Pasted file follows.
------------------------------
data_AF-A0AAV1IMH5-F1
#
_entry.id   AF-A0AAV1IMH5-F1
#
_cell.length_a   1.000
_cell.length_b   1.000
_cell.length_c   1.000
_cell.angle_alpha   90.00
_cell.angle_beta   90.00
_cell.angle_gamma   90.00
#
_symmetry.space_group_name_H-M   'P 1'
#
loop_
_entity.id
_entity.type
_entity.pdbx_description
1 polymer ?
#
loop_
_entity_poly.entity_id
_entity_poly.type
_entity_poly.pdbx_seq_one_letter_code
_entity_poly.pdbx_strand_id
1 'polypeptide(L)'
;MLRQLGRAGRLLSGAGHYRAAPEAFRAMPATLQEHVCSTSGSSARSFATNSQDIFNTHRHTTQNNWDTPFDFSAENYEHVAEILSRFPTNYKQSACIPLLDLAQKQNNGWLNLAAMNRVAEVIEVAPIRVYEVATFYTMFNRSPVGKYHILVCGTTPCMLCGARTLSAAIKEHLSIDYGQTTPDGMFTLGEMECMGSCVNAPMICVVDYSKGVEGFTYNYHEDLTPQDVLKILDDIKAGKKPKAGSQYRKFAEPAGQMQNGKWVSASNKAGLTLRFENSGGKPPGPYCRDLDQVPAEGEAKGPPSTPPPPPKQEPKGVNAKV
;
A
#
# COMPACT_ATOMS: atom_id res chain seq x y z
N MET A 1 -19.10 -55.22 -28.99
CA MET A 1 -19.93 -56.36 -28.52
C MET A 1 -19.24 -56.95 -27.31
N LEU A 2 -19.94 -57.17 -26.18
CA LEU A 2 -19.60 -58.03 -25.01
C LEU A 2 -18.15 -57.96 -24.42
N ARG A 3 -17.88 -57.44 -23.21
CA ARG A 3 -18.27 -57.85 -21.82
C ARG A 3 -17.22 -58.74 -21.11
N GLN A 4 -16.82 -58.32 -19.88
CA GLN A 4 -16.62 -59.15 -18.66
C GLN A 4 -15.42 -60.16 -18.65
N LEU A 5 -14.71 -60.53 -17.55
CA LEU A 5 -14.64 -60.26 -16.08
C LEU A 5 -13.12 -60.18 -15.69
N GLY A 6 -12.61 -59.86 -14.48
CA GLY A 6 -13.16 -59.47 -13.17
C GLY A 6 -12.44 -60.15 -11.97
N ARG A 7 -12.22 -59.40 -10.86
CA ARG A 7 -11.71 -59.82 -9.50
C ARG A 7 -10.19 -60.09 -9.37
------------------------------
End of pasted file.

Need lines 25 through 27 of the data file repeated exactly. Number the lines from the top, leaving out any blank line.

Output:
1 'polypeptide(L)'
;MLRQLGRAGRLLSGAGHYRAAPEAFRAMPATLQEHVCSTSGSSARSFATNSQDIFNTHRHTTQNNWDTPFDFSAENYEHVAEILSRFPTNYKQSACIPLLDLAQKQNNGWLNLAAMNRVAEVIEVAPIRVYEVATFYTMFNRSPVGKYHILVCGTTPCMLCGARTLSAAIKEHLSIDYGQTTPDGMFTLGEMECMGSCVNAPMICVVDYSKGVEGFTYNYHEDLTPQDVLKILDDIKAGKKPKAGSQYRKFAEPAGQMQNGKWVSASNKAGLTLRFENSGGKPPGPYCRDLDQVPAEGEAKGPPSTPPPPPKQEPKGVNAKV
;